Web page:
Reid Hospital Roof Going Green

Posted: Updated:

Reid Hospital in Richmond has nearly completed the installation of a $200,000 "green roof" on part of its patient tower. Hospital leaders say the structure will create natural insulation and increase energy efficiency.

July 10, 2013

News Release

Funded by the efforts of Reid Auxiliary and adding another major feature to the campus healing environment, installation was completed Wednesday of a "green roof" on a portion of the hospital's patient tower.

"We are so excited to see this great addition taking shape on our campus," said Craig Kinyon, Reid President/CEO. "This improvement becomes a highlight of a campus that was designed with healing in mind in the careful planning that preceded construction of our new facilities on Reid Parkway."

A green roof is created when vegetation is used over a waterproofing membrane to cover a building roof. They create natural insulation and absorb rainwater, reducing runoff, and contributing to energy efficiency in the process. For Reid's project, the plants will be added to produce a design formation with plants that flower at different seasons.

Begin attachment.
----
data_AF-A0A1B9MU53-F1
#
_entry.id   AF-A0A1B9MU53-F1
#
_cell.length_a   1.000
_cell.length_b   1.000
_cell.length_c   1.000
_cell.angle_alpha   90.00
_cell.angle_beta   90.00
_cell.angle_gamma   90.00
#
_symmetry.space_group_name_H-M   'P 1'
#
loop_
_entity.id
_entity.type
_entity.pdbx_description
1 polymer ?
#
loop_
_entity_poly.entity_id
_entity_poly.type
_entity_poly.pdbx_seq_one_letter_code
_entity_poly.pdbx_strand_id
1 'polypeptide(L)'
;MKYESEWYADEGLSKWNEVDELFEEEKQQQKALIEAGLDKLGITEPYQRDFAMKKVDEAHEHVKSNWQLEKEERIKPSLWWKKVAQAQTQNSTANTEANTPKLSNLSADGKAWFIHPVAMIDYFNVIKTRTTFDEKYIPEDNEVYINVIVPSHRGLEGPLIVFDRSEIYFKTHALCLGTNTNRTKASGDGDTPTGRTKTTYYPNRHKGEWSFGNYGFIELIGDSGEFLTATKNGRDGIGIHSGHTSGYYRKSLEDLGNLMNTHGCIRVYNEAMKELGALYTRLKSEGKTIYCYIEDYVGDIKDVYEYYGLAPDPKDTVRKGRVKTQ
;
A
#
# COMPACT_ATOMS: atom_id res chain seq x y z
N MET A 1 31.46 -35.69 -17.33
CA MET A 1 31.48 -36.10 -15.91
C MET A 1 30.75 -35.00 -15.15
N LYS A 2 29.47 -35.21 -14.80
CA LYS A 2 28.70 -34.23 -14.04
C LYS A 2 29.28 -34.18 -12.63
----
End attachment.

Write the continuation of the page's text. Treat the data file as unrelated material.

Kinyon said the green roof is being added to a "very visible" roof that extends off the patient tower on the first floor. The rooftop is visible from the second floor to the sixth floor of the hospital. Since the new Reid patient tower opened in 2008, the roof has been "a stark contrast" to the gardens, water features and exterior and interior artwork specifically planned to promote healing for patients and families being cared for at Reid.

The green roof will also:

• Save money. The added layers of plants and roof membrane contribute to the life of the roof surface and also contribute to energy efficiency.

• Be environmentally friendly. The green roof will absorb rainwater, reducing storm water runoff.

• And contribute to the established healing environment. Research has shown that patients heal more quickly and effectively when green spaces are part of the care environment.

"The idea of a green roof was discussed as the replacement hospital was being completed," Kinyon said, "but funding and sufficient research was not available at the time to support the idea." The roof ncludes a design of heat tolerant plantings that will offer changes of color through different seasons.

The Reid Auxiliary, which raises thousands of dollars to support patient care, remained interested in the concept and allocated more than $200,000 to help fund it. "We are so appreciative of the efforts of our Auxiliary and their impact on patient care," said Randy Kirk, vice president and Reid Foundation President. He noted that community philanthropy supported the addition of healing gardens and art displays on the Reid campus. The Auxiliary raises funds through various sales at the hospital and through the proceeds of the Ginkgo Boutique gift shop on Reid’s main concourse.